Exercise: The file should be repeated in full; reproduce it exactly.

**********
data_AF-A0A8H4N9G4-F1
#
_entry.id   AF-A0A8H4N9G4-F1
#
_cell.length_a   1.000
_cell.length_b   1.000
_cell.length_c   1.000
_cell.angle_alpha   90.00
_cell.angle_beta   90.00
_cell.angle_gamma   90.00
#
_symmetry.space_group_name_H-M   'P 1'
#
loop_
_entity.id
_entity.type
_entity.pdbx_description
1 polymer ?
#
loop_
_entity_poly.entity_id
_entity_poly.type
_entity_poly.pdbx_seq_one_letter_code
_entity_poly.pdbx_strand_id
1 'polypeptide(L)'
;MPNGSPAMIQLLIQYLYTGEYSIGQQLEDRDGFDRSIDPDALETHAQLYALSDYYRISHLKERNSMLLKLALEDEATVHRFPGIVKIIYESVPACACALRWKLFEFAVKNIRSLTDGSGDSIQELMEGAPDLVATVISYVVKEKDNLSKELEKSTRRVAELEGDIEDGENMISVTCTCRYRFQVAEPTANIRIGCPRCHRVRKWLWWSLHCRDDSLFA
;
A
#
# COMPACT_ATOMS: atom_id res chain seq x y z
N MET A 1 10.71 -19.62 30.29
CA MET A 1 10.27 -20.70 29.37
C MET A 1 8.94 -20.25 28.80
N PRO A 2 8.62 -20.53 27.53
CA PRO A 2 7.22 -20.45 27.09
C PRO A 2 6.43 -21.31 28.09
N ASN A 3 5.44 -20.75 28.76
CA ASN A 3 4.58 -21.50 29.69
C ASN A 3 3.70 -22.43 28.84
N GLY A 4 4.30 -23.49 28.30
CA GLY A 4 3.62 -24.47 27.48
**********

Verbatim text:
data_AF-A0A8H4N9G4-F1
#
_entry.id   AF-A0A8H4N9G4-F1
#
_cell.length_a   1.000
_cell.length_b   1.000
_cell.length_c   1.000
_cell.angle_alpha   90.00
_cell.angle_beta   90.00
_cell.angle_gamma   90.00
#
_symmetry.space_group_name_H-M   'P 1'
#
loop_
_entity.id
_entity.type
_entity.pdbx_description
1 polymer ?
#
loop_
_entity_poly.entity_id
_entity_poly.type
_entity_poly.pdbx_seq_one_letter_code
_entity_poly.pdbx_strand_id
1 'polypeptide(L)'
;MPNGSPAMIQLLIQYLYTGEYSIGQQLEDRDGFDRSIDPDALETHAQLYALSDYYRISHLKERNSMLLKLALEDEATVHRFPGIVKIIYESVPACACALRWKLFEFAVKNIRSLTDGSGDSIQELMEGAPDLVATVISYVVKEKDNLSKELEKSTRRVAELEGDIEDGENMISVTCTCRYRFQVAEPTANIRIGCPRCHRVRKWLWWSLHCRDDSLFA
;
A
#
# COMPACT_ATOMS: atom_id res chain seq x y z
N MET A 1 10.71 -19.62 30.29
CA MET A 1 10.27 -20.70 29.37
C MET A 1 8.94 -20.25 28.80
N PRO A 2 8.62 -20.53 27.53
CA PRO A 2 7.22 -20.45 27.09
C PRO A 2 6.43 -21.31 28.09
N ASN A 3 5.44 -20.75 28.76
CA ASN A 3 4.58 -21.50 29.69
C ASN A 3 3.70 -22.43 28.84
N GLY A 4 4.30 -23.49 28.30
CA GLY A 4 3.62 -24.47 27.48